It is also worth signing up for flight price tracking. Google Flights offers this and will email price changes to you. It can also show price trends for the past 60 days for many routes.
The best flight search engines
Searching, flexible or not, is made easier with a good flight search engine. There are plenty out there, but here are a few of our favorites (which we use for examples in this guide).
Google Flights is one of the easiest to use search engines, with plenty of visual options for flexible searching by day or route.
ITA Matrix is a great flight search tool, with plenty of options for flexibility and advanced searches, but it does not offer sales or links. Once you find flights, you will need to repeat the search elsewhere. It is especially recommended for those who want to learn to use it for advanced searches. It will also display all fare rules easily.
Many budget airlines do not appear in most search engine results. Skyscanner will show more of these, along with several options for purchasing. It will also display lower cost options where you’ self connect.’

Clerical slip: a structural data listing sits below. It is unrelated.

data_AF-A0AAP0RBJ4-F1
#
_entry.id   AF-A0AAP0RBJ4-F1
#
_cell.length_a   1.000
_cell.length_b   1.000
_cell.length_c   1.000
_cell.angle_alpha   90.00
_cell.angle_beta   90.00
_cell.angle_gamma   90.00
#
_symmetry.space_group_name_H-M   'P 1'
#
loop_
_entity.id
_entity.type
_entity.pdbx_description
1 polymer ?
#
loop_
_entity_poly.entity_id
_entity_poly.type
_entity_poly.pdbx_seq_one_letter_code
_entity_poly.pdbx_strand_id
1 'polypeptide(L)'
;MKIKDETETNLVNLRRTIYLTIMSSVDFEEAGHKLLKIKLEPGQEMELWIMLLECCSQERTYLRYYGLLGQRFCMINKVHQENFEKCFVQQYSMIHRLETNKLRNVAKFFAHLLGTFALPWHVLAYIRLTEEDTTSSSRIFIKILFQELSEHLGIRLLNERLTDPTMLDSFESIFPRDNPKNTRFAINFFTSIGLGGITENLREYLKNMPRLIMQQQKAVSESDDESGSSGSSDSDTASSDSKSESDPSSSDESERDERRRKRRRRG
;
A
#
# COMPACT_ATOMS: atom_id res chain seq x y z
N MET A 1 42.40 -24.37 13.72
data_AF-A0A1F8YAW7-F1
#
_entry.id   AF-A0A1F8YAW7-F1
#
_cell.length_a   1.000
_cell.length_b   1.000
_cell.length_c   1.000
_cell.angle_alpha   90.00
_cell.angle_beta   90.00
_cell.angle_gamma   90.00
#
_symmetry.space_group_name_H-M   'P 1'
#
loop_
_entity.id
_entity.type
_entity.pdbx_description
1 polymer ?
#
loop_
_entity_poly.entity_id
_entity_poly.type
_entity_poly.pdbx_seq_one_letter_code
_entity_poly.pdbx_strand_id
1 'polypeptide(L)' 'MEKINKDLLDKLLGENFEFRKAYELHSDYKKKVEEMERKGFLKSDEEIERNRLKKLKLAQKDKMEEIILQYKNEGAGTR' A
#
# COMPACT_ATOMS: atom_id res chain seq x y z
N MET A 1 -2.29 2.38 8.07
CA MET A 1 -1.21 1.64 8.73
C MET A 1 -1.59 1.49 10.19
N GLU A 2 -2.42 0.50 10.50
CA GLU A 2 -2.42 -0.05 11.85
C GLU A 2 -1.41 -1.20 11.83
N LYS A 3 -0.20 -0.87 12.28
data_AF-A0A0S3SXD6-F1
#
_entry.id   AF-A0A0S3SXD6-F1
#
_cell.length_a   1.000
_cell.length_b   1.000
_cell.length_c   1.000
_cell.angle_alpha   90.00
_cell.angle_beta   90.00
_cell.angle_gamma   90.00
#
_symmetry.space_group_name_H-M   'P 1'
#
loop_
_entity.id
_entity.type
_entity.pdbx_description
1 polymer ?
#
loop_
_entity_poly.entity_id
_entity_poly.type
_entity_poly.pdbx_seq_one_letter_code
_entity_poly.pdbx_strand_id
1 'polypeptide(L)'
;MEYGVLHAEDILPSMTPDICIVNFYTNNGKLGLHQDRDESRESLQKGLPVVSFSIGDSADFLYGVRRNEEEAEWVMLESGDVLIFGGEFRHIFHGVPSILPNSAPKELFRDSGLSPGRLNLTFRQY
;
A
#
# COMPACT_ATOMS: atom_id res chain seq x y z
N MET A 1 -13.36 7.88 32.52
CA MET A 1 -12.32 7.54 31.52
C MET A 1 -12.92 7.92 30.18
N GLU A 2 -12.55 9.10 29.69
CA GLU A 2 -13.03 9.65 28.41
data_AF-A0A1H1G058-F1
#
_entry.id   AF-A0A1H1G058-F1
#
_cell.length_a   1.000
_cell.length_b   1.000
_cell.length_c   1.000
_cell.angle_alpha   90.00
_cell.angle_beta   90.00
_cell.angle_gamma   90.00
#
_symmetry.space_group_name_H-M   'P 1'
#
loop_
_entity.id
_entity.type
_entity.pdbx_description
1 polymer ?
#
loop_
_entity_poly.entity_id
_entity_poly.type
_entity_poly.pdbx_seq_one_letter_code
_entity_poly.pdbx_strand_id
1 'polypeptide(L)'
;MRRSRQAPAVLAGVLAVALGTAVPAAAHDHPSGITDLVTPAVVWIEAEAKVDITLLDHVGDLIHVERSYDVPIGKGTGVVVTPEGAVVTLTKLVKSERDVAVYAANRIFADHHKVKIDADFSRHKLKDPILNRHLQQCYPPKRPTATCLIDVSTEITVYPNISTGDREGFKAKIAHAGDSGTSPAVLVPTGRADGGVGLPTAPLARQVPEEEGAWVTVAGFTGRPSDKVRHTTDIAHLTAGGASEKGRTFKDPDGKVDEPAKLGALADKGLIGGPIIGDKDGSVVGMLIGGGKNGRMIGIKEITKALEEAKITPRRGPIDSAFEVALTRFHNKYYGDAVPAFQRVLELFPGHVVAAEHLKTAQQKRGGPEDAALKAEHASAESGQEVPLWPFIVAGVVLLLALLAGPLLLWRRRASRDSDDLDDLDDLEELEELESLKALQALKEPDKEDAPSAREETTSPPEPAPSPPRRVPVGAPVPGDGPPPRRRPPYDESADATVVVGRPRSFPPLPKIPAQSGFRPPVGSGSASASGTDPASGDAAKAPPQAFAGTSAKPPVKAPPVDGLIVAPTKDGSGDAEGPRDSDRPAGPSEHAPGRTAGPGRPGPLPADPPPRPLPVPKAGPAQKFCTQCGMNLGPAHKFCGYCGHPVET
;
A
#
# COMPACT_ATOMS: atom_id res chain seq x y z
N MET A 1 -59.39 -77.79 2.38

Airlines will track your searches – use an incognito window
Have you ever seen flight prices change after you have searched a few times? This is no coincidence. Many airlines and travel booking websites track searches and will raise prices to try to get quick sales.
To get around this, you should always search using an incognito window or private browsing mode. These can be easily selected on most browsers and will stop activity tracking via cookies.
Look for flights using a VPN
As well as tracking your search history, many airlines will track your location or IP address. The same route may be offered at a different price in different countries, and you can take advantage of that.
The best way is to use VPN software to change your location. The fare differences may not be massive here, but they can soon add up if booking multiple tickets.
There is no hard and fast rule about what will work, but there are a few things to try:
- Change your location to the country of departure for the flight.
- Change location to the home country of the airline.
- Choose a lower-cost country, in the same or a different region.
Change the currency in which you’re paying
Changing location with a VPN will also change the currency in which you pay. This can affect the ‘point of sale’ of the airfare, again possibly offering different fares. Some search engines will also let you change this directly.
For example, for many fares in South America, if you search from the US using dollars as your currency, you will see higher fares than are offered for the local market in local currency.
It is worth checking for websites that are based in the departure country, as this may offer a cheaper local currency fare. Expedia, for example, has several sites (.com, co.uk. .co.jp, etc.).
Are budget airlines really budget?
Compare what each airline offers